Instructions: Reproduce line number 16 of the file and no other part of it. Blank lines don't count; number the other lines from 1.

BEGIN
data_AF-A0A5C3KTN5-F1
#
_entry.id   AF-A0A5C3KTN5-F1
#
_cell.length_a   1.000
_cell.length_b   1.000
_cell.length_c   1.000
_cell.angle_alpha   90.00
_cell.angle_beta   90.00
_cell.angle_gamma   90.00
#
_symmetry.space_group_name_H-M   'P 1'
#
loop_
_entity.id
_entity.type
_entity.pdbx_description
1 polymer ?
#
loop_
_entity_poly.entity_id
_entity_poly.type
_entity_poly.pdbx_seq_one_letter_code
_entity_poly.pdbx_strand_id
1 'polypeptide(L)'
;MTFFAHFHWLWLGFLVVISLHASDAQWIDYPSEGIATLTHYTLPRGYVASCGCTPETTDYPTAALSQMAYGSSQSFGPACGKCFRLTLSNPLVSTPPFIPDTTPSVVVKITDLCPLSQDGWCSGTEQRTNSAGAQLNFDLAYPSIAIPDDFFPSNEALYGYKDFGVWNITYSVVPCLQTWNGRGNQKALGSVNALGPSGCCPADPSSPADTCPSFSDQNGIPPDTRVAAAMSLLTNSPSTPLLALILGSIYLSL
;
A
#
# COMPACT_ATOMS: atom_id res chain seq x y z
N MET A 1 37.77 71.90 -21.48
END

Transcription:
_entity.type